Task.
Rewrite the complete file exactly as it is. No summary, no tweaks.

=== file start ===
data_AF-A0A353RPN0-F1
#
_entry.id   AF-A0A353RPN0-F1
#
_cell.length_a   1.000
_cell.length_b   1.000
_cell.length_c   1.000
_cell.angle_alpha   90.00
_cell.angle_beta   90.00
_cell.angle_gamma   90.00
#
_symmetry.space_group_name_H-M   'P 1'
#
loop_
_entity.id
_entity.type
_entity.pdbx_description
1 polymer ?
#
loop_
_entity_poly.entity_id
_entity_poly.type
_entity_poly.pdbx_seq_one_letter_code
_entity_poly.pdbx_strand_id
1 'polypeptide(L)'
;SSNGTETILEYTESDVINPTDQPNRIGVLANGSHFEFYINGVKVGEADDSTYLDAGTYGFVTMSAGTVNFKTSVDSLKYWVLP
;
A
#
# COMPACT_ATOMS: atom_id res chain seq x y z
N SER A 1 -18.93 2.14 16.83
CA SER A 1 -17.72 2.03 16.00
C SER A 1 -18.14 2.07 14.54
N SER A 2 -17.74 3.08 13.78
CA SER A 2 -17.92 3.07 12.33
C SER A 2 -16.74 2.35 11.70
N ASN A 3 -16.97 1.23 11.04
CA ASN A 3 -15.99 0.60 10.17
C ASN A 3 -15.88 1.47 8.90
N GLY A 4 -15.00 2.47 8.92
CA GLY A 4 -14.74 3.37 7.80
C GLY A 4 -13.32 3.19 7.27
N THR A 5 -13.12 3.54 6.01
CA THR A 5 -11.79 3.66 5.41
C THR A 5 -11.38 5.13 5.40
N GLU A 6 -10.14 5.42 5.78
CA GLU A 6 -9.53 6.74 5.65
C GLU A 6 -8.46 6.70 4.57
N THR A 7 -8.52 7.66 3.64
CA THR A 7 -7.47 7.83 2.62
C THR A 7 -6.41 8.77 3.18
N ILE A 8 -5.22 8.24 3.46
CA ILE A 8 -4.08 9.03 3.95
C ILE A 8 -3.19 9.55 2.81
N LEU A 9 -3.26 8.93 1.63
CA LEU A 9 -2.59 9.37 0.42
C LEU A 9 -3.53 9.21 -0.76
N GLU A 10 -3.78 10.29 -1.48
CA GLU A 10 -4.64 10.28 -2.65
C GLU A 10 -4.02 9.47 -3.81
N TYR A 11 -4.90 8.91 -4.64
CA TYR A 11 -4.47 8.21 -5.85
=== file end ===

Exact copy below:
data_AF-A0A353RPN0-F1
#
_entry.id   AF-A0A353RPN0-F1
#
_cell.length_a   1.000
_cell.length_b   1.000
_cell.length_c   1.000
_cell.angle_alpha   90.00
_cell.angle_beta   90.00
_cell.angle_gamma   90.00
#
_symmetry.space_group_name_H-M   'P 1'
#
loop_
_entity.id
_entity.type
_entity.pdbx_description
1 polymer ?
#
loop_
_entity_poly.entity_id
_entity_poly.type
_entity_poly.pdbx_seq_one_letter_code
_entity_poly.pdbx_strand_id
1 'polypeptide(L)'
;SSNGTETILEYTESDVINPTDQPNRIGVLANGSHFEFYINGVKVGEADDSTYLDAGTYGFVTMSAGTVNFKTSVDSLKYWVLP
;
A
#
# COMPACT_ATOMS: atom_id res chain seq x y z
N SER A 1 -18.93 2.14 16.83
CA SER A 1 -17.72 2.03 16.00
C SER A 1 -18.14 2.07 14.54
N SER A 2 -17.74 3.08 13.78
CA SER A 2 -17.92 3.07 12.33
C SER A 2 -16.74 2.35 11.70
N ASN A 3 -16.97 1.23 11.04
CA ASN A 3 -15.99 0.60 10.17
C ASN A 3 -15.88 1.47 8.90
N GLY A 4 -15.00 2.47 8.92
CA GLY A 4 -14.74 3.37 7.80
C GLY A 4 -13.32 3.19 7.27
N THR A 5 -13.12 3.54 6.01
CA THR A 5 -11.79 3.66 5.41
C THR A 5 -11.38 5.13 5.40
N GLU A 6 -10.14 5.42 5.78
CA GLU A 6 -9.53 6.74 5.65
C GLU A 6 -8.46 6.70 4.57
N THR A 7 -8.52 7.66 3.64
CA THR A 7 -7.47 7.83 2.62
C THR A 7 -6.41 8.77 3.18
N ILE A 8 -5.22 8.24 3.46
CA ILE A 8 -4.08 9.03 3.95
C ILE A 8 -3.19 9.55 2.81
N LEU A 9 -3.26 8.93 1.63
CA LEU A 9 -2.59 9.37 0.42
C LEU A 9 -3.53 9.21 -0.76
N GLU A 10 -3.78 10.29 -1.48
CA GLU A 10 -4.64 10.28 -2.65
C GLU A 10 -4.02 9.47 -3.81
N TYR A 11 -4.90 8.91 -4.64
CA TYR A 11 -4.47 8.21 -5.85